# Multichannel distances between sequences

### Description

Compute multichannel pairwise distances between sequences. Several metrics are available: optimal matching (OM), the longest common subsequence (LCS), the Hamming distance (HAM) and the Dynamic Hamming Distance (DHD).

### Usage

1 2 3 |

### Arguments

`channels` |
A list of state sequence objects defined
with the |

`method` |
a character string indicating the metric to be used.
One of |

`norm` |
if |

`indel` |
A vector with an insertion/deletion cost for each channel (OM method). |

`sm` |
A list with a substitution-cost matrix for each channel (OM, HAM and DHD
method) or a list of method names for generating the substitution-costs
(see |

`with.missing` |
Must be set to |

`full.matrix` |
If |

`link` |
One of |

`cval` |
Substitution cost for |

`miss.cost` |
Missing values substitution cost, see |

`cweight` |
A vector of channel weights. Default is 1 (same weight for each channel). |

### Details

The `seqdistmc`

function returns a matrix of multichannel distances between sequences. The available metrics (see 'method' option) are optimal matching (`"OM"`

), longest common subsequence (`"LCS"`

), Hamming distance (`"HAM"`

) and Dynamic Hamming Distance (`"DHD"`

). See `seqdist`

for more information about distances between sequences. The `seqdistmc`

function computes a multichannel distance in two steps following the strategy proposed by Pollock (2007). First it builds a new sequence object derived from the combination of the sequences of each channel. Second, it derives the substitution cost matrix by summing (or averaging) the costs of substitution across channels. It then calls `seqdist`

to compute the final matrix. Normalization may be useful when dealing with sequences that are not all of the same length. For details on the applied normalization, see `seqdist`

.

### Value

A matrix of pairwise distances between sequences is returned.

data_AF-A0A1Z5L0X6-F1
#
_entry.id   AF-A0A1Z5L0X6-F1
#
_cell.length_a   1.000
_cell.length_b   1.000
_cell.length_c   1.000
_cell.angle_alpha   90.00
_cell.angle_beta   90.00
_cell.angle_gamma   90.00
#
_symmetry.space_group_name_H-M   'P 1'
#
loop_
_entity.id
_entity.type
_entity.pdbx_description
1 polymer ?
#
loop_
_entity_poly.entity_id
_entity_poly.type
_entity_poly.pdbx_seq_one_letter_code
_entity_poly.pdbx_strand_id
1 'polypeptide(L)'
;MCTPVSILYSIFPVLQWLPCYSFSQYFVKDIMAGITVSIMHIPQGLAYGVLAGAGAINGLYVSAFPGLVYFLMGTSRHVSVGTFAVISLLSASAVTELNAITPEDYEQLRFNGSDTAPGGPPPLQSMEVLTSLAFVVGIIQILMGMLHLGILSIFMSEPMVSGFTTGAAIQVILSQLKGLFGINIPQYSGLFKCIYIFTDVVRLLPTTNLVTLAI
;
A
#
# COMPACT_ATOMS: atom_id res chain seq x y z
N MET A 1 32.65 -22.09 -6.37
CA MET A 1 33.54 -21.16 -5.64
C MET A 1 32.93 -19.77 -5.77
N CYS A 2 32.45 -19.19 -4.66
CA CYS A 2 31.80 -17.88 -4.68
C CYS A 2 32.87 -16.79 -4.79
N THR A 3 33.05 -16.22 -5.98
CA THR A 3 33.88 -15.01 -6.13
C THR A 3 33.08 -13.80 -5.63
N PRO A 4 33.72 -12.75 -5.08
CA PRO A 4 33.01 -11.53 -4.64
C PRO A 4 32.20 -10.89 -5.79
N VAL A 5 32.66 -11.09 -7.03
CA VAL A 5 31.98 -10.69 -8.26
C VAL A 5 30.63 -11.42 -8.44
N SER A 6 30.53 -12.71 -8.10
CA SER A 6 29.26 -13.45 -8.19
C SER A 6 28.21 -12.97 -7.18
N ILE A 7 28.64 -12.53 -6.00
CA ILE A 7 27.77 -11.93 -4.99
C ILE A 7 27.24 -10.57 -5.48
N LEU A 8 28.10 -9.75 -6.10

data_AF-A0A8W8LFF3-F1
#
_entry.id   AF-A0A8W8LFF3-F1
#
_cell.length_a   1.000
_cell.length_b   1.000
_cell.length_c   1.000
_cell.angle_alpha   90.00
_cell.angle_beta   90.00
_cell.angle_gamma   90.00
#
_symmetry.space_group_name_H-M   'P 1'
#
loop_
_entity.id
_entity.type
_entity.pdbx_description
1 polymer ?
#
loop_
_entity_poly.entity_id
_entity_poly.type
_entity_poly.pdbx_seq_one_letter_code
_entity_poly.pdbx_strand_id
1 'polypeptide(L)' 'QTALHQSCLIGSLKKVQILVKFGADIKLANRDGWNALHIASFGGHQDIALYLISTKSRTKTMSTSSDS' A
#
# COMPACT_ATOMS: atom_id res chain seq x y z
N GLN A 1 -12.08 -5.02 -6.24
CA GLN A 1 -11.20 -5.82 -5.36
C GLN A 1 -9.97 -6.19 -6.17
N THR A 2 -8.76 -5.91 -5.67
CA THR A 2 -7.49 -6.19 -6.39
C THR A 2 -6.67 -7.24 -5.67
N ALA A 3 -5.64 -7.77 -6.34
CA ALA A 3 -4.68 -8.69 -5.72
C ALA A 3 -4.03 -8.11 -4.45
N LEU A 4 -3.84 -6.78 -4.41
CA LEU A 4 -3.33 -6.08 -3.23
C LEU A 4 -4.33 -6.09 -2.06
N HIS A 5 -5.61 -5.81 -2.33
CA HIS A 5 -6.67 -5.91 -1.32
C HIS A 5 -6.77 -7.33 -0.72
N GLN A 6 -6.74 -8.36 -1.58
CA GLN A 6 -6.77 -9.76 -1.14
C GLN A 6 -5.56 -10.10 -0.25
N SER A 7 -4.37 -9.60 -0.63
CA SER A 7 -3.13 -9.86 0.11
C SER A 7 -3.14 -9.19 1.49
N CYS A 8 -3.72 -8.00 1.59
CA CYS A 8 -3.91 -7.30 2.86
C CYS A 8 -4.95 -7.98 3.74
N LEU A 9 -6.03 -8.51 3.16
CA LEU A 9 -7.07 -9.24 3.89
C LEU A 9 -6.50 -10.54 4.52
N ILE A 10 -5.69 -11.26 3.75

### Author(s)

Matthias Studer (with Gilbert Ritschard for the help page)

### References

Pollock, Gary (2007) Holistic trajectories: a study of combined employment, housing and family careers by using multiple-sequence analysis. *Journal of the Royal Statistical Society: Series A* **170**, Part 1, 167–183.

### See Also

`seqsubm`

, `seqdef`

, `seqdist`

.

### Examples

1 2 3 4 5 6 7 8 9 10 11 12 13 14 15 16 17 18 19 20 21 22 23 24 | ```
data(biofam)
## Building one channel per type of event left, children or married
bf <- as.matrix(biofam[, 10:25])
children <- bf==4 | bf==5 | bf==6
married <- bf == 2 | bf== 3 | bf==6
left <- bf==1 | bf==3 | bf==5 | bf==6
## Building sequence objects
child.seq <- seqdef(children)
marr.seq <- seqdef(married)
left.seq <- seqdef(left)
## Using transition rates to compute substitution costs on each channel
mcdist <- seqdistmc(channels=list(child.seq, marr.seq, left.seq),
method="OM", sm =list("TRATE", "TRATE", "TRATE"))
## Using a weight of 2 for children channel and specifying substitution-cost
smatrix <- list()
smatrix[[1]] <- seqsubm(child.seq, method="CONSTANT")
smatrix[[2]] <- seqsubm(marr.seq, method="CONSTANT")
smatrix[[3]] <- seqsubm(left.seq, method="TRATE")
mcdist2 <- seqdistmc(channels=list(child.seq, marr.seq, left.seq),
method="OM", sm =smatrix, cweight=c(2,1,1))
``` |